4)Big Al by Andrew Clements: Al is the nicest most sweetest fish in the sea, but no one knows that because he is also the ugliest fish in the sea. Of course, he gets a chance to prove himself and the other fish are forced to look beyond his appearance. Very sweet story. Have your child look at the inside over pages in the front and back after the story and talk about the differences in the pictures for some comprehension questions. There is a second book with Big Al in it but I haven't read it yet.

5) Friends by Helme Heine: These farm animals are the best of friends and do all sorts of things together. They are always working together as a team and lend a helping hand. When bedtime comes they have to be apart, but no worries they can see each other in their dreams. This book is really appropriate for your preschool age children or early elementary. A sweet, simple tale.

6) Enemy Pie by Derek Munson: This is a truly important tale to share with your kiddos. Some times we have people that don't act like friends, in fact they can be enemies. What do we do then? This boy asks his Dad to make his enemy pie, which his Dad agrees to on the condition that he has to spend the day with his enemy while he bakes it. At first he is giddy imagining all the awful ingredients Dad is throwing in, but by the end of the day he realizes he actually likes his enemy. Oh no! This is a great book about being kind to your enemies and you may just make friends out of the process. Great for elementary kiddos.

7) Farfallina and Marcel by Holly Keller: A baby gosling and caterpillar become fast friends but when nature calls they must part. They don't understand the separation and saddened  by the loss of their friend. As they get older and change they meet new friends who remind them of their long lost pal. Wait, it is their long last pal, put it took them awhile to recognize one another. I love confusion that they felt. Something most books don't cover but a really realistic side to things. A great way to have some deep discussions with your children.

8)Swimmy by Leo Lionni: This is a classic tale about a guppy that was born black when the rest of his siblings are red (diversity tie-in). He is faster than his family and is able to out swim big fish, all though his family isn't as lucky. Quickly he finds a new school to join and he helps them to band together to appear like one giant fish fight the larger fish of the sea. Being different is great and has it's advantages and if you stick together we can fight off anything. Bonus: Read with Big AL and compare the two fish stories. Better yet watch Finding Nemo and see if your child can build the connections as well.

9) Square Cat by Elizabeth Schoonmaker: This is a newer book and I got it fully expecting it to be kind of lame (can you say-judge a book by it's cover). I loved it! The square cat is sad and confused why he is different from all his round friends. However, his wonderful friends make him feel accepted and special. I highly recommend this book and expect it to become quite popular as people catch on to it.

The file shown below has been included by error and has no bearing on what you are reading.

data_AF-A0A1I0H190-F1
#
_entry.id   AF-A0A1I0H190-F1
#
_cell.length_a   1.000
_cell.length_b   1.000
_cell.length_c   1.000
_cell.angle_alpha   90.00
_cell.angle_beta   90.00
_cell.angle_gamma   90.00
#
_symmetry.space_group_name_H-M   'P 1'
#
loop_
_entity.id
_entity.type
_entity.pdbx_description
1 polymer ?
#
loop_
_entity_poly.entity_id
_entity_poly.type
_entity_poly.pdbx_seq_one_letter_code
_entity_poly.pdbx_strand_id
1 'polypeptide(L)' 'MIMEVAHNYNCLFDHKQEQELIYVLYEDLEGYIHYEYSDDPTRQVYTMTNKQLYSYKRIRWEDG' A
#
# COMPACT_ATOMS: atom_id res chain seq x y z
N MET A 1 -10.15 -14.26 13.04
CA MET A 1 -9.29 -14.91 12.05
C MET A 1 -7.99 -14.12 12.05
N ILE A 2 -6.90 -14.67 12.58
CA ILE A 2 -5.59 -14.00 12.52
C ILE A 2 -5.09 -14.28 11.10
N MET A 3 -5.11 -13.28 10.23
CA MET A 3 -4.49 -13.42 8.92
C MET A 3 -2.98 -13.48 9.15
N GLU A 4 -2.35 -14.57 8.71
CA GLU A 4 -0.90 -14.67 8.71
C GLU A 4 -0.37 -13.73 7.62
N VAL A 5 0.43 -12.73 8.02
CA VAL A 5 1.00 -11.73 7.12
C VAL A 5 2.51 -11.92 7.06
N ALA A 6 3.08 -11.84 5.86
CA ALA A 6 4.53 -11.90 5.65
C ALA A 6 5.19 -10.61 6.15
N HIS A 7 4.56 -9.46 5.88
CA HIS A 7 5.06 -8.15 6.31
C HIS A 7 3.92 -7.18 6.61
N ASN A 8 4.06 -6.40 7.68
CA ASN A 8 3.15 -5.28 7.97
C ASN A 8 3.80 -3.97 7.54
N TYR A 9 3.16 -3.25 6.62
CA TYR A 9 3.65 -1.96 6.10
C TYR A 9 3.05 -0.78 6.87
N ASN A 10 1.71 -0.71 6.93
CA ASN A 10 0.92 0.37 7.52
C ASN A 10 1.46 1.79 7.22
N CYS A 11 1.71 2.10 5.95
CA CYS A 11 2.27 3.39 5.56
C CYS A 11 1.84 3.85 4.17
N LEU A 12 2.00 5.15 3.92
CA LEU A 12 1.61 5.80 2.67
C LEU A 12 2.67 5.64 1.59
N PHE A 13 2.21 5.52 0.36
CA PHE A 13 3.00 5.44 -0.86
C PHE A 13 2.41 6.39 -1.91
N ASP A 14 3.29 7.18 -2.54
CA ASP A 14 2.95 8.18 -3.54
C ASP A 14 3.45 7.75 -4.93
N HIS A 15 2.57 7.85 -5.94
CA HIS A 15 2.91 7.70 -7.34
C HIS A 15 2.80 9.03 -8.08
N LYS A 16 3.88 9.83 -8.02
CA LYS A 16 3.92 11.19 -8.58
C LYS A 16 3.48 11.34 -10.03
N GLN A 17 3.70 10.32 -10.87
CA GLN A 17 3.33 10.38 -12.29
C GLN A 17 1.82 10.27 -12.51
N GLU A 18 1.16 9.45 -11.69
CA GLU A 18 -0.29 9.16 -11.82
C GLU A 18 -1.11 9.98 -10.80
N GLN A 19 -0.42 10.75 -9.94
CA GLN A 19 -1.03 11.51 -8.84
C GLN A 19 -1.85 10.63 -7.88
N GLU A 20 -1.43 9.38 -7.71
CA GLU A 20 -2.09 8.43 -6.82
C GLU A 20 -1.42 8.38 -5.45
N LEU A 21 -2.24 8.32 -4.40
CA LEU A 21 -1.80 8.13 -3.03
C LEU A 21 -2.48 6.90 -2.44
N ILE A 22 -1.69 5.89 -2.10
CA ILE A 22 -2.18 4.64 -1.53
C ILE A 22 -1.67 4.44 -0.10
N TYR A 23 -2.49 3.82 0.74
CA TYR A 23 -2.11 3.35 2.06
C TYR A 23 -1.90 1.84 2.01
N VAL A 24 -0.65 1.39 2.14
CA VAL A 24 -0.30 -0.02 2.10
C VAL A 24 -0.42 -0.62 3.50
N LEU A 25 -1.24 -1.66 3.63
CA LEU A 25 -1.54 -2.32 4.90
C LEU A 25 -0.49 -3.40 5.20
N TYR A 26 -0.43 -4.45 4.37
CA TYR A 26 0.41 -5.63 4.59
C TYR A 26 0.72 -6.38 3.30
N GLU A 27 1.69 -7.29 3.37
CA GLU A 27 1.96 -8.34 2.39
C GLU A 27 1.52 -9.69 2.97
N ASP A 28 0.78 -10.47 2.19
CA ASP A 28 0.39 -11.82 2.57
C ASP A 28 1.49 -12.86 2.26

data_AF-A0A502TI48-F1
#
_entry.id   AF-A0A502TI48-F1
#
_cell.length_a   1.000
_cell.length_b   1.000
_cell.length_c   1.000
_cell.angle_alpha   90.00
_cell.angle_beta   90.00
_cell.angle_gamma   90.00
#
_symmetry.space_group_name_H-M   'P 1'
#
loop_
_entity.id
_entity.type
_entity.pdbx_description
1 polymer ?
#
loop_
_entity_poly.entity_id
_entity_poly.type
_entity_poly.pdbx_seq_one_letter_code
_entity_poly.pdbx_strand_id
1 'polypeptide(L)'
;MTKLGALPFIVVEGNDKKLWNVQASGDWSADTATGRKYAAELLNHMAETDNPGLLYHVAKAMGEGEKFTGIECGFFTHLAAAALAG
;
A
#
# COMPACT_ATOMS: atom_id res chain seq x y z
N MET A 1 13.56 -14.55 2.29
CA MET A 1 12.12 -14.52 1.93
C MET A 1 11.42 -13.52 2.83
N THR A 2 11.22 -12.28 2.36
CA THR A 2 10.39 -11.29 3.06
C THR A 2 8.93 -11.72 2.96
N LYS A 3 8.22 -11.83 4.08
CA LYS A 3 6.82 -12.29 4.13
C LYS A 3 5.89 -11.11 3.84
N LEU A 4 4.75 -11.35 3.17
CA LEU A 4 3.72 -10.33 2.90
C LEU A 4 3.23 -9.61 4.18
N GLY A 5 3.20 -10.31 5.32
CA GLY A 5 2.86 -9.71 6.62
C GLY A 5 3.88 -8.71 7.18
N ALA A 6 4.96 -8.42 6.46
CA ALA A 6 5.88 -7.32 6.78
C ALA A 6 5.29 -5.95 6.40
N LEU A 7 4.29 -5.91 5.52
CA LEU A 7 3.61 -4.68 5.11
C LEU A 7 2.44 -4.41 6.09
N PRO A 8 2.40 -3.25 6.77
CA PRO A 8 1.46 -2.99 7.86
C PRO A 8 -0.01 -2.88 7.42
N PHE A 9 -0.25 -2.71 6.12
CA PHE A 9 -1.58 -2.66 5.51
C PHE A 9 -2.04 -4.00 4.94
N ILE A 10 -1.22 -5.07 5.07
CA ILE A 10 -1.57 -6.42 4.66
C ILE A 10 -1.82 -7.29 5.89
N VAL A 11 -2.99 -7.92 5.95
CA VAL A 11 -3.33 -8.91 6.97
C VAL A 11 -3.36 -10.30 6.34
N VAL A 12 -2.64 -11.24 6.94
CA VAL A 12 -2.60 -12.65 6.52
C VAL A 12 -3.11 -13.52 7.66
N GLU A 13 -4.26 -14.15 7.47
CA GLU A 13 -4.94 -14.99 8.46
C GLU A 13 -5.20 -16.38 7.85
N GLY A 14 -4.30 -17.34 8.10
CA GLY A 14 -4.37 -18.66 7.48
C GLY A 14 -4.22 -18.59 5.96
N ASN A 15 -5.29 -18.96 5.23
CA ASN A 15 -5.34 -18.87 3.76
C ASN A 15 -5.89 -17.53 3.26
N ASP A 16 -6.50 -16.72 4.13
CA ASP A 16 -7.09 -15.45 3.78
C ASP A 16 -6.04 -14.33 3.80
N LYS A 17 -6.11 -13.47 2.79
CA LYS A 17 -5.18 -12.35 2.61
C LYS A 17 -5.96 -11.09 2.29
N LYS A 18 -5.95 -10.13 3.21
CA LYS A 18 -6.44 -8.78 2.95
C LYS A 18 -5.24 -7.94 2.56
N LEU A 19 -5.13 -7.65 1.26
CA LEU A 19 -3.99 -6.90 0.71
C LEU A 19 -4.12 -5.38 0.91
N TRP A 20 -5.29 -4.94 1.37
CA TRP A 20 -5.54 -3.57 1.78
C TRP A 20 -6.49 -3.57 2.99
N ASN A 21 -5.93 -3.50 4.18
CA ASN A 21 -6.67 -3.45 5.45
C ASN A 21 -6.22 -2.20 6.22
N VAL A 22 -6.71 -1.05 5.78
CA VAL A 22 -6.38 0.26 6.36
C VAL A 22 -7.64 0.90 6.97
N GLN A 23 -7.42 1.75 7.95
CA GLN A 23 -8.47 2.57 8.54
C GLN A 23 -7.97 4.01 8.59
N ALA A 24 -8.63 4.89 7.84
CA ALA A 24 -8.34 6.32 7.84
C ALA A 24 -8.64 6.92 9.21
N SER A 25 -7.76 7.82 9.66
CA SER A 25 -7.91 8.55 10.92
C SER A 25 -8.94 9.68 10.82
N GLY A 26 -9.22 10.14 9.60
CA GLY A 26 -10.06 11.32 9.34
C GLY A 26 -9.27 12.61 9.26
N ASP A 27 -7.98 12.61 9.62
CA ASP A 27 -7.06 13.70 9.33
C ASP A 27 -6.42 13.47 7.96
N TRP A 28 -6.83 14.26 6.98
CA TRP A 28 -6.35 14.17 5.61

10) Gerald and Piggie series by Mo Willems: This series is about the best example of best friends ever. This duo is so smitten with each other and their escapades are recorded in numerous books. Mo Willems is a children book genius (he also writes the Don't Let the Pigeon books). He has this knack of writing as if he is speaking directly to children. I have done these for read-alouds to huge crowds and they never disappoint. Really delve into the characters and get crazy with them. Your child will be giggling non-stop.  Some of my favorites: Watch Me Throw a Ball, Can I Play too?,Listen to my trumpet, and There is a Bird on Your Head. They are all superb though, read them seriously do it :0)

Monday, November 21, 2011

Fine Motor Skill Racing & Sight Word Parking

I will be the first to admit that it is really hard for me to get on the floor and play with my boys. I would like to think that if I had a girl it would be easier. I could easily see myself setting up dollhouses, having tea parties, and dressing up like princesses. However, racing a train around a circle track or pushing cars back and forth-my brain will not slow down for. There is a lot of guilt wrapped around this, so in attempt to get down and play with cars I made a racing track out of butcher paper. One wavy path and one zig-zag path, both having a start and stop. "A" chose different Matchbox cars and Ready, Set, Go we were racing each other. What he doesn't know is that this is a great way to work on fine motor skills. Plus, it was an experiment on which was quicker (zig-zag or curvy). He then chose to put a strip of paper across the two to act as a bridge. Of course, if he crossed the bridge and I happen to be on the other side he could bonk me off. He had great fun and have Mom doing it with him made it so much better!